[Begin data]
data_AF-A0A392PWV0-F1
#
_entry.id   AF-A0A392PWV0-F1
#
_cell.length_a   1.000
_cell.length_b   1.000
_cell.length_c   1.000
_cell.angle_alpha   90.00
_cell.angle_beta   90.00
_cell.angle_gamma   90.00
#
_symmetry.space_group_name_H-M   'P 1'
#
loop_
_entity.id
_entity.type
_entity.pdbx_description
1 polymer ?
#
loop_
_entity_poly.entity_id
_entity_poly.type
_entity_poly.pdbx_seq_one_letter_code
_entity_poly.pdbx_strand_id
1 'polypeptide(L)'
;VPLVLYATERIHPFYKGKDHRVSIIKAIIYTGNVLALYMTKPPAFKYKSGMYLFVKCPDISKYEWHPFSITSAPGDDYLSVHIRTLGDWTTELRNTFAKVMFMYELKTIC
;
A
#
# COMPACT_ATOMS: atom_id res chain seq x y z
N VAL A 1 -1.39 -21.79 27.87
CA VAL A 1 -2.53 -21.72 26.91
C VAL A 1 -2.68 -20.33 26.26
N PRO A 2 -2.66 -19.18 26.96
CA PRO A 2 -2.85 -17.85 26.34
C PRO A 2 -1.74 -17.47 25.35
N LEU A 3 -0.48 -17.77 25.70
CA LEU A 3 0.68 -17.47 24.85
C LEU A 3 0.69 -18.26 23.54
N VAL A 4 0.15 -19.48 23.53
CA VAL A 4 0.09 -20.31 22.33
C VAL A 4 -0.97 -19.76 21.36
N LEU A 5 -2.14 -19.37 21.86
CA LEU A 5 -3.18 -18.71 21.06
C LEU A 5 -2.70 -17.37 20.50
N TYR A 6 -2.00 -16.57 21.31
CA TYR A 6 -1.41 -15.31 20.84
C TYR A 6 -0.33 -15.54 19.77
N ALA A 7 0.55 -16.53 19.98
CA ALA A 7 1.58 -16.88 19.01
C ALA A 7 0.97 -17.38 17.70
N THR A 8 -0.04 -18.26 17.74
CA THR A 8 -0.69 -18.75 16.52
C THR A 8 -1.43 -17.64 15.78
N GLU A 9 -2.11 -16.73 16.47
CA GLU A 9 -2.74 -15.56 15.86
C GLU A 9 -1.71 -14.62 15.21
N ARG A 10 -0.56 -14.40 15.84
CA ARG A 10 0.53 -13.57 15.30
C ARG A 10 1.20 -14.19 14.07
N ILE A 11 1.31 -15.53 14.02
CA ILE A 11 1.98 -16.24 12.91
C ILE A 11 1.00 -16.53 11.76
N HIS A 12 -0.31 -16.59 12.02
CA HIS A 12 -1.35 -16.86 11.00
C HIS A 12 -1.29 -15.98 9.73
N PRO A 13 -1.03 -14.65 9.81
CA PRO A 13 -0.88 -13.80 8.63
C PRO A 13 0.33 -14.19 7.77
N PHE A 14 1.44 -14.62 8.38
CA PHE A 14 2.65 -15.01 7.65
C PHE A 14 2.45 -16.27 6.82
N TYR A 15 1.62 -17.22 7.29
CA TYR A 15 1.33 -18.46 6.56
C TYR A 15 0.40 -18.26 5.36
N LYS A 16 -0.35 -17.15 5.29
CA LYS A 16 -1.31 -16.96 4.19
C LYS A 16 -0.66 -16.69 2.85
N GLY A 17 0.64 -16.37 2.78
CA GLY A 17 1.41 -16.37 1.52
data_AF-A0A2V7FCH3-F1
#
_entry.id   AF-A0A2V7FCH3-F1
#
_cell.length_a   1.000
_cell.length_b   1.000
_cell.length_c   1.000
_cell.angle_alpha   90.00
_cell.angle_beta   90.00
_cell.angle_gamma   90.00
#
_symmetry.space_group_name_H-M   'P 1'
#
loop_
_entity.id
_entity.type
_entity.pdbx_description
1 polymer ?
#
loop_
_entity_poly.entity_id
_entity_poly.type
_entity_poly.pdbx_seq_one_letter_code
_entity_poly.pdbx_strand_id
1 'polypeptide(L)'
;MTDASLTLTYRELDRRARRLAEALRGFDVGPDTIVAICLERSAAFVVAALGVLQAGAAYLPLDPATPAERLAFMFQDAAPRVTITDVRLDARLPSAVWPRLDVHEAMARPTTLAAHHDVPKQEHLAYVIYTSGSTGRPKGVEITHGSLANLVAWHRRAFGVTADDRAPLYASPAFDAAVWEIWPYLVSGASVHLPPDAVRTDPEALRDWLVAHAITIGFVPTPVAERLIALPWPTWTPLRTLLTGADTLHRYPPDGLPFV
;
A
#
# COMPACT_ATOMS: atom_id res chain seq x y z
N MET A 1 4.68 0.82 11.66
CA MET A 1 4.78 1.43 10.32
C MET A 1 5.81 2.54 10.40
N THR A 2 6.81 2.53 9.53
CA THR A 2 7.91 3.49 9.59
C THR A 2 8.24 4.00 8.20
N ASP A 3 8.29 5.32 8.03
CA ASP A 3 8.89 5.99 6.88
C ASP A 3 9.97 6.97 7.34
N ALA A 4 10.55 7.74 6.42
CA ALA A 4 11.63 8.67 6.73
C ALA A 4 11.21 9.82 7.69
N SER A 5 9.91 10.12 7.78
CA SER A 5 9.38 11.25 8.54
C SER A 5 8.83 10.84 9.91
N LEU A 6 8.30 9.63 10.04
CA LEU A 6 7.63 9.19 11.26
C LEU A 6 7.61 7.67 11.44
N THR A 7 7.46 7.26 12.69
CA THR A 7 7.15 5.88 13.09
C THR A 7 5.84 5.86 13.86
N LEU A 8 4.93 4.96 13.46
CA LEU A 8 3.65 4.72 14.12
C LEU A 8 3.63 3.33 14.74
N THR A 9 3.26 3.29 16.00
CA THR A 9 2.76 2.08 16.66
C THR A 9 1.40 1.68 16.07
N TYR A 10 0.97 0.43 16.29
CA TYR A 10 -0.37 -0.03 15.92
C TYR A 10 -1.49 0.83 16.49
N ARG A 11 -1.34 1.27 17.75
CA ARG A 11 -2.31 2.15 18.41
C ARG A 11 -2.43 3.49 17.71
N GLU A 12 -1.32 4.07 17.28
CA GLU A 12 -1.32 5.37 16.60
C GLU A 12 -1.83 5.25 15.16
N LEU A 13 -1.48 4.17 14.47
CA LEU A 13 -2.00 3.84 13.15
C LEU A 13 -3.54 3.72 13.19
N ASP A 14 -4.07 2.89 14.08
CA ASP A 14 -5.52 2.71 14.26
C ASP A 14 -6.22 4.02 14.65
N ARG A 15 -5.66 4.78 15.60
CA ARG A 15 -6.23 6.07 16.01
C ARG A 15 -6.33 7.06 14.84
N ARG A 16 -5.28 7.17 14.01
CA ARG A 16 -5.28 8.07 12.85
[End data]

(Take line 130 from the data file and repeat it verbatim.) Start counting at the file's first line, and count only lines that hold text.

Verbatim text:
CA THR A 7 7.15 5.88 13.09